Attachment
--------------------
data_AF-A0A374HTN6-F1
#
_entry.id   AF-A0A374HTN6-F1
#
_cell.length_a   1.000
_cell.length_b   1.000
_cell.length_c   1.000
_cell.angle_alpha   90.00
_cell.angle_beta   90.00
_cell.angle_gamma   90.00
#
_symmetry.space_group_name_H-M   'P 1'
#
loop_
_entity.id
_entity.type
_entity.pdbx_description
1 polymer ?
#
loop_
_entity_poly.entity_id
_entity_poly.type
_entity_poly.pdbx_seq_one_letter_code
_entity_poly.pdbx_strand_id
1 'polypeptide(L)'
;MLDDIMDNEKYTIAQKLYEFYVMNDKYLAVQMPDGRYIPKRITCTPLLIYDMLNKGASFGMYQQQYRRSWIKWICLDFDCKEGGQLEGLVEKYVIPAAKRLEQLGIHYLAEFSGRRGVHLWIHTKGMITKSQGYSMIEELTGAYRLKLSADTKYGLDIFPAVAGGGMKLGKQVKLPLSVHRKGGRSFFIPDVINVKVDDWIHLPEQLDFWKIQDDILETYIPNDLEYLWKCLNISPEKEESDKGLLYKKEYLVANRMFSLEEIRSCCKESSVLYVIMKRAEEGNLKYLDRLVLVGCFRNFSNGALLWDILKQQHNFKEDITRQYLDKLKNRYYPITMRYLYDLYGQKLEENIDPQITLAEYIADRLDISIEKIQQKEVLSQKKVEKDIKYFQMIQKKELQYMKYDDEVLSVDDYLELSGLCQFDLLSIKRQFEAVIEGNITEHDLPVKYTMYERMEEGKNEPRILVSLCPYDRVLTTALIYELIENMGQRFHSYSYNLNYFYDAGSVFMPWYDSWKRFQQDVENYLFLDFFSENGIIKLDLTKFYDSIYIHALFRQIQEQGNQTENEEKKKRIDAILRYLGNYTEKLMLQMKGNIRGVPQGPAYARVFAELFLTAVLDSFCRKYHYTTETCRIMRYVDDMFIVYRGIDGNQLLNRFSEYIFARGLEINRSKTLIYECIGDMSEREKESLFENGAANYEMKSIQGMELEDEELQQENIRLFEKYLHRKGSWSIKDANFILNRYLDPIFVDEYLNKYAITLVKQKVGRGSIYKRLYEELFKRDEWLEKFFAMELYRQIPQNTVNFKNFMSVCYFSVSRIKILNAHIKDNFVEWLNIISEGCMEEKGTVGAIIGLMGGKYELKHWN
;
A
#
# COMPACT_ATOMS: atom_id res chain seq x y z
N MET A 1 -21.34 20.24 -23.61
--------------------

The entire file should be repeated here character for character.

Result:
data_AF-A0A374HTN6-F1
#
_entry.id   AF-A0A374HTN6-F1
#
_cell.length_a   1.000
_cell.length_b   1.000
_cell.length_c   1.000
_cell.angle_alpha   90.00
_cell.angle_beta   90.00
_cell.angle_gamma   90.00
#
_symmetry.space_group_name_H-M   'P 1'
#
loop_
_entity.id
_entity.type
_entity.pdbx_description
1 polymer ?
#
loop_
_entity_poly.entity_id
_entity_poly.type
_entity_poly.pdbx_seq_one_letter_code
_entity_poly.pdbx_strand_id
1 'polypeptide(L)'
;MLDDIMDNEKYTIAQKLYEFYVMNDKYLAVQMPDGRYIPKRITCTPLLIYDMLNKGASFGMYQQQYRRSWIKWICLDFDCKEGGQLEGLVEKYVIPAAKRLEQLGIHYLAEFSGRRGVHLWIHTKGMITKSQGYSMIEELTGAYRLKLSADTKYGLDIFPAVAGGGMKLGKQVKLPLSVHRKGGRSFFIPDVINVKVDDWIHLPEQLDFWKIQDDILETYIPNDLEYLWKCLNISPEKEESDKGLLYKKEYLVANRMFSLEEIRSCCKESSVLYVIMKRAEEGNLKYLDRLVLVGCFRNFSNGALLWDILKQQHNFKEDITRQYLDKLKNRYYPITMRYLYDLYGQKLEENIDPQITLAEYIADRLDISIEKIQQKEVLSQKKVEKDIKYFQMIQKKELQYMKYDDEVLSVDDYLELSGLCQFDLLSIKRQFEAVIEGNITEHDLPVKYTMYERMEEGKNEPRILVSLCPYDRVLTTALIYELIENMGQRFHSYSYNLNYFYDAGSVFMPWYDSWKRFQQDVENYLFLDFFSENGIIKLDLTKFYDSIYIHALFRQIQEQGNQTENEEKKKRIDAILRYLGNYTEKLMLQMKGNIRGVPQGPAYARVFAELFLTAVLDSFCRKYHYTTETCRIMRYVDDMFIVYRGIDGNQLLNRFSEYIFARGLEINRSKTLIYECIGDMSEREKESLFENGAANYEMKSIQGMELEDEELQQENIRLFEKYLHRKGSWSIKDANFILNRYLDPIFVDEYLNKYAITLVKQKVGRGSIYKRLYEELFKRDEWLEKFFAMELYRQIPQNTVNFKNFMSVCYFSVSRIKILNAHIKDNFVEWLNIISEGCMEEKGTVGAIIGLMGGKYELKHWN
;
A
#
# COMPACT_ATOMS: atom_id res chain seq x y z
N MET A 1 -21.34 20.24 -23.61